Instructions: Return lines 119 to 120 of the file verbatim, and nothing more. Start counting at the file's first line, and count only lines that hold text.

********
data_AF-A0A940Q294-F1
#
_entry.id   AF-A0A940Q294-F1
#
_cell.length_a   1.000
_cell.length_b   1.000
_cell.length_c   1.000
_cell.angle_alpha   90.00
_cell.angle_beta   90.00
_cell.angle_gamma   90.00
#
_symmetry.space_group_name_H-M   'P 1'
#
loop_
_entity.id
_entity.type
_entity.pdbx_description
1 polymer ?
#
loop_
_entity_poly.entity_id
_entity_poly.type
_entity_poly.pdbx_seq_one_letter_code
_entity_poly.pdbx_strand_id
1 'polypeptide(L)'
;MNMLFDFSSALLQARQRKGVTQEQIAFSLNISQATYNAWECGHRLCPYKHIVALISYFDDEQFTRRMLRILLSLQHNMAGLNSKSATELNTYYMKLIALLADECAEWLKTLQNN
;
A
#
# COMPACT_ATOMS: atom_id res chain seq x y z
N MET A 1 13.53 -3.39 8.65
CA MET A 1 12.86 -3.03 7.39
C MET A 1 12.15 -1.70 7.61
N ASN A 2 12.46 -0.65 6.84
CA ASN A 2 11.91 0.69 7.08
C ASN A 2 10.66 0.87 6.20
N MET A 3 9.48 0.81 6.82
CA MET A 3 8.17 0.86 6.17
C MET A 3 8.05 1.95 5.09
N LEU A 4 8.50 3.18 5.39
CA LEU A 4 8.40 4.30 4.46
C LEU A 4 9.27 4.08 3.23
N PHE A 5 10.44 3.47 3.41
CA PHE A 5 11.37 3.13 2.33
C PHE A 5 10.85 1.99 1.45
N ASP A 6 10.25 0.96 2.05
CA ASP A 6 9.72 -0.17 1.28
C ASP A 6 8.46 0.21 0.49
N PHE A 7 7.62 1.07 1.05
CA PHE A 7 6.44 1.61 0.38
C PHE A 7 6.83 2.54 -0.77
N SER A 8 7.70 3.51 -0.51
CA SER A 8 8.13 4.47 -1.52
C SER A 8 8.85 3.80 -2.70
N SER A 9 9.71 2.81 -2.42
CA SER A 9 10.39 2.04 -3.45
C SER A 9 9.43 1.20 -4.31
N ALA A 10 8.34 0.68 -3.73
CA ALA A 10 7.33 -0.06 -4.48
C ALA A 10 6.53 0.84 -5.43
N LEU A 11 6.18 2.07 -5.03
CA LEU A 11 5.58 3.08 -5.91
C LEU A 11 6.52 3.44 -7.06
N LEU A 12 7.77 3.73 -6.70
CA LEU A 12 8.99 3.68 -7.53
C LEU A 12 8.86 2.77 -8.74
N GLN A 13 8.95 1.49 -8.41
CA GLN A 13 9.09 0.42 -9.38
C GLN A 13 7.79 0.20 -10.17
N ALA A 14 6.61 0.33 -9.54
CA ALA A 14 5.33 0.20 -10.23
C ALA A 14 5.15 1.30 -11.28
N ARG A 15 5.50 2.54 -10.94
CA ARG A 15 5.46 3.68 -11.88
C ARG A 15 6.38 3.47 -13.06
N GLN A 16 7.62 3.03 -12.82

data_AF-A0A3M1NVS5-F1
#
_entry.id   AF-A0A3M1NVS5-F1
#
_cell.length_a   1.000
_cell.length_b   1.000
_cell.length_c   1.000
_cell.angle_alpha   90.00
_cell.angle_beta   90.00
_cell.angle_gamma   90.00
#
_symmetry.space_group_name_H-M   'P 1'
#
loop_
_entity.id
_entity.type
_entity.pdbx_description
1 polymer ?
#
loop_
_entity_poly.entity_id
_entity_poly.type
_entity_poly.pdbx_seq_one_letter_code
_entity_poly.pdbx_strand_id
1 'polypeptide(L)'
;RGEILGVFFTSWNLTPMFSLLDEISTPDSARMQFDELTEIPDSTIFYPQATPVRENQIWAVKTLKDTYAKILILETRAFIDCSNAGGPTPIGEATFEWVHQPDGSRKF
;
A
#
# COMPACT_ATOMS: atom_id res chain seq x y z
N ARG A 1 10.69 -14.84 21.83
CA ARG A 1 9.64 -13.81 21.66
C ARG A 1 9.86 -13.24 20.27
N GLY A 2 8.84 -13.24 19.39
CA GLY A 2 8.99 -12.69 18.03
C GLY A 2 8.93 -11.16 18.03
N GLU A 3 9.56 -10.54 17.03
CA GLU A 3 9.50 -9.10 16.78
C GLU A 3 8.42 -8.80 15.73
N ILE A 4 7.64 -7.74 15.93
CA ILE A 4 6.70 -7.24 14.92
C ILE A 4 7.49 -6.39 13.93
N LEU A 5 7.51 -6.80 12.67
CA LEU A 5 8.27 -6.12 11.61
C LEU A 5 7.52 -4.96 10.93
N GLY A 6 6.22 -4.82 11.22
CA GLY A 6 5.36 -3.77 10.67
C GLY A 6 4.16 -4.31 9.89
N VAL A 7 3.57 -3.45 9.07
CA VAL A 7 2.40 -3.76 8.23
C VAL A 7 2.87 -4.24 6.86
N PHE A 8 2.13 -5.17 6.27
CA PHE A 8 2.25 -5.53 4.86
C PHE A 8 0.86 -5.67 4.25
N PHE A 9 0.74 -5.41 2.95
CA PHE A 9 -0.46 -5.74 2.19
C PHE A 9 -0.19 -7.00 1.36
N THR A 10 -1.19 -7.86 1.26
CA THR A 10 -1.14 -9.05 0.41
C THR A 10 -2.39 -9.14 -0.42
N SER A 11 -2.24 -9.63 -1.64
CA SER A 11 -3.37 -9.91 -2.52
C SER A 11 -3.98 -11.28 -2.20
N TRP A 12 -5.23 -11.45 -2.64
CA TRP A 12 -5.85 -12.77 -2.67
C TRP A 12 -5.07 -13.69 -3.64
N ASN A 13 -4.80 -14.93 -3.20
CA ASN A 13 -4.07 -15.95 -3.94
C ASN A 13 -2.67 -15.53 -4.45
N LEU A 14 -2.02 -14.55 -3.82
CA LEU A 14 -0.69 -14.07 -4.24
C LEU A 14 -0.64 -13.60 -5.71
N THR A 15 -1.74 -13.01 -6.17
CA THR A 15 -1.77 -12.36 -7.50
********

N LEU A 5 7.51 -6.80 12.67
CA LEU A 5 8.27 -6.12 11.61